The type of adoption you choose depends on your life circumstances and unique burden for orphans. If you have a particular burden for orphans in your own country, pursue a domestic adoption. There are a few different types of domestic routes you could go. One route would be to adopt through your county/state’s department of child/family services. Often these are referred to as “foster to adopt” adoptions, as children are adopted through the foster care system. There are also private agencies that facilitate domestic adoptions, and these can be arranged in a number of ways. Some are “open,” meaning that the birth-mother remains somewhat involved in the process of selecting an adoptive family. Others are close and completely confidential.
International adoptions vary by country. If you live in the United States, some countries are closed to U.S. residents due to diplomatic conflict. Some countries will only allow international adoptions to married couples. Some will only allow adoptions to couples who can medically prove infertility. Some have age requirements and weight requirements (not kidding). Each country is unique, but international adoption offers you an opportunity to build your family in a way that reflects God’s family: diverse, multi-cultural and unified by the love of Christ.
Yet another narrowly pursued route is special needs/AIDS adoptions. Children with physical and mental special needs are so often passed over in the adoption process, and in many third world countries, are tragically neglected. The AIDS pandemic in Africa has orphaned millions of children, many of whom received the HIV virus from their deceased parents. There is a desperate need for families to lovingly adopt children with these special needs.
When asked which type of adoption I would recommend, I always answer: “Any and all.” Any opportunity to place an orphaned child in a loving family brings glory to God.
How should I choose an agency?
Do your homework. Once you’ve determined what type of adoption to pursue, thoroughly research agencies that facilitate your specific type of adoption. This can be the most overwhelming part of the process. Every adoption agency has a snazzy, professional website full of pictures of adorable little kids. It’s up to you to determine if behind the cute photographs is an agency that knows what it’s doing.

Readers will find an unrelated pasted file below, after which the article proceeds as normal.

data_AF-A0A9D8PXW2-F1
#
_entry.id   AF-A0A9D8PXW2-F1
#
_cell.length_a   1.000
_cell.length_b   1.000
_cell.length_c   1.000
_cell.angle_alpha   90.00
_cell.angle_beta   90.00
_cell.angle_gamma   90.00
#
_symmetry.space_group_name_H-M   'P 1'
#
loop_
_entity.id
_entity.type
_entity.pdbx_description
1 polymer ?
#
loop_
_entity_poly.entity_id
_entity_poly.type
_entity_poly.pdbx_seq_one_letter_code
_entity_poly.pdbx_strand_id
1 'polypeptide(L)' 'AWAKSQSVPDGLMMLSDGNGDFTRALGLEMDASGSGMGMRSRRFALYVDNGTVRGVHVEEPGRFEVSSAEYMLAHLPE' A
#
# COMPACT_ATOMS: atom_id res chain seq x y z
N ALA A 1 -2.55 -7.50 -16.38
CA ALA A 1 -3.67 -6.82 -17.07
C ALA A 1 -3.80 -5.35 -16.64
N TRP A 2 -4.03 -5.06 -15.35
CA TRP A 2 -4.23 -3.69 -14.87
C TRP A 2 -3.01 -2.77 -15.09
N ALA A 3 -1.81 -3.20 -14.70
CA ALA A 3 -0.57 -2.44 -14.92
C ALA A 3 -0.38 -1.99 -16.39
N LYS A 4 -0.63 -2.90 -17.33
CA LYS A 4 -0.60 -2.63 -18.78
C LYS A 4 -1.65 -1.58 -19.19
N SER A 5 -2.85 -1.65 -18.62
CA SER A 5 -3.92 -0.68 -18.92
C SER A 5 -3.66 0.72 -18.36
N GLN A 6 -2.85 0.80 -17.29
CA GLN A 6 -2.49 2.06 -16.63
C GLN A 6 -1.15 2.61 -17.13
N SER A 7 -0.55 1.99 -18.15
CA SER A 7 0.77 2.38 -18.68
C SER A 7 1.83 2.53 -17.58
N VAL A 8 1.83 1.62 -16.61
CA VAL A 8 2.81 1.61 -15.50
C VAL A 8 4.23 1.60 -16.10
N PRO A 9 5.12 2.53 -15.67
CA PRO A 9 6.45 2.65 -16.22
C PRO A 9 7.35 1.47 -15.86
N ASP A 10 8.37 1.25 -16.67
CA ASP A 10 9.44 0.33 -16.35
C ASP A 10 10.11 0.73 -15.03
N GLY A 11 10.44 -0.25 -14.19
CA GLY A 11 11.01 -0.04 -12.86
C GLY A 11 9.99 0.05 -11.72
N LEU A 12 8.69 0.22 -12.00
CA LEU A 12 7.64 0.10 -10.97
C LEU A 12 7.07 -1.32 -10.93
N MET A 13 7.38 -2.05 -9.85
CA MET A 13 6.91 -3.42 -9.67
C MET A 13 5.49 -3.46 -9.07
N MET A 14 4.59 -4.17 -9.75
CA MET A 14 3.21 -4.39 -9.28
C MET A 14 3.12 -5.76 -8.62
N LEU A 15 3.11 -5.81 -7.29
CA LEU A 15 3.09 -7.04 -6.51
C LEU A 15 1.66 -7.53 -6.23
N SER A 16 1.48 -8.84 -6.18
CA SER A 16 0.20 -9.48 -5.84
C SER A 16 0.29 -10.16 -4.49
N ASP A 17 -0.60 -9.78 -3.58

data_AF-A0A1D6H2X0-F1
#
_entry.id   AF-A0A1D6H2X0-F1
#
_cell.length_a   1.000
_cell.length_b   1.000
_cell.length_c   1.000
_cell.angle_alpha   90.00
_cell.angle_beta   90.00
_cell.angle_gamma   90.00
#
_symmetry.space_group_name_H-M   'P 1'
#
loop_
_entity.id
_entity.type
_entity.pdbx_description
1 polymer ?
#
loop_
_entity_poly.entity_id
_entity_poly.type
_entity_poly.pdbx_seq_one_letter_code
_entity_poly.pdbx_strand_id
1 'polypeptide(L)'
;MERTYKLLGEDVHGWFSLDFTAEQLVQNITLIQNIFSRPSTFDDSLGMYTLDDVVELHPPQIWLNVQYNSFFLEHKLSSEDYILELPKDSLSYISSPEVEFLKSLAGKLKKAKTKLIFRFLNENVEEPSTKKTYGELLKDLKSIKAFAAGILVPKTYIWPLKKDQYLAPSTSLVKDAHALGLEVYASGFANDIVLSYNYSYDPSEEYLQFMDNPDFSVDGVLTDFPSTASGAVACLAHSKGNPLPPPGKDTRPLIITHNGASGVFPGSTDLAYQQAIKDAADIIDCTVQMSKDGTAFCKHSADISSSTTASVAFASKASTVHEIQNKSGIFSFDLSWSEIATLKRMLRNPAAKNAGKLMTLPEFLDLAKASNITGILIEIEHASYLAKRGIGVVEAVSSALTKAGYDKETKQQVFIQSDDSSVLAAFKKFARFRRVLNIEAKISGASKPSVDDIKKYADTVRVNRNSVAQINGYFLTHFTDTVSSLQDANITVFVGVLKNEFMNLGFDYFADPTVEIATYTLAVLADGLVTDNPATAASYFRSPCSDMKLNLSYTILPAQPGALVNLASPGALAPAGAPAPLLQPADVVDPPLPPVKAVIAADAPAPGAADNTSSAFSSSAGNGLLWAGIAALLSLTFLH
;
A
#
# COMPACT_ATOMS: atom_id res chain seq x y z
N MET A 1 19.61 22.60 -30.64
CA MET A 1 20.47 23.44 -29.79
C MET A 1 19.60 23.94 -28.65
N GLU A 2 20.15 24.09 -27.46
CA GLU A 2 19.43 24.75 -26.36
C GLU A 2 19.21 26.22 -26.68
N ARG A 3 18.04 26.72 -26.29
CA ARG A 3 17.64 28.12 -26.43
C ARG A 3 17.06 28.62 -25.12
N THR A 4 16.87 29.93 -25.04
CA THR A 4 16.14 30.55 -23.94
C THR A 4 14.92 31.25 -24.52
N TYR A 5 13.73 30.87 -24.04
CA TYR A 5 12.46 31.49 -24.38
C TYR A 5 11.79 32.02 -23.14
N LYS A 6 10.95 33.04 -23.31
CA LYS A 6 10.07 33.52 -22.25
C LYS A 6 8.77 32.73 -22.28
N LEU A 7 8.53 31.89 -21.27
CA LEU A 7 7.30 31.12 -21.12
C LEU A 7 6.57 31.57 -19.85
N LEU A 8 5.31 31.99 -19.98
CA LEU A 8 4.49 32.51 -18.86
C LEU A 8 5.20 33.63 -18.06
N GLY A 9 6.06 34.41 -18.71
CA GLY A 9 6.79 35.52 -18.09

In choosing your agency, there are a number of things to consider:
1. How experienced is this agency at the specific type of adoption you want to pursue?
2. Does this agency really facilitate this type of adoption? Or are they merely a middle-man for another agency?
3. Do I have any first-hand recommendations of this agency?
Is it really that much paperwork?
More than you could ever imagine. Though each adoption is very different, they all can be assured of one fact: an entire forest will sacrifice itself for the sake of your adoption. For our adoption, we first had to complete a home study, which is a series of forms and appointments with a trained social worker in your area. The home study essentially tells the U.S. government and your adoption agency (and, if applicable, the country from which you are adopting) that you are physically, financially and emotionally fit to adopt. We also had numerous government forms, fire inspections, doctors’ visits, financial worksheets, multiple background checks and countless agency forms. You get the idea. Through it all, you must continually remind yourselves that at the end of this seemingly endless paper trail is a beautiful child of God waiting to be loved and cherished by you.
Where can I get more information?
Check out the following websites
Also, read some books on adoption. But I’m warning you: Once you begin reading and researching, you’re likely to be swept up into one of the most amazing, miraculous and difficult journeys of your life. But I’m telling you … It’s worth it.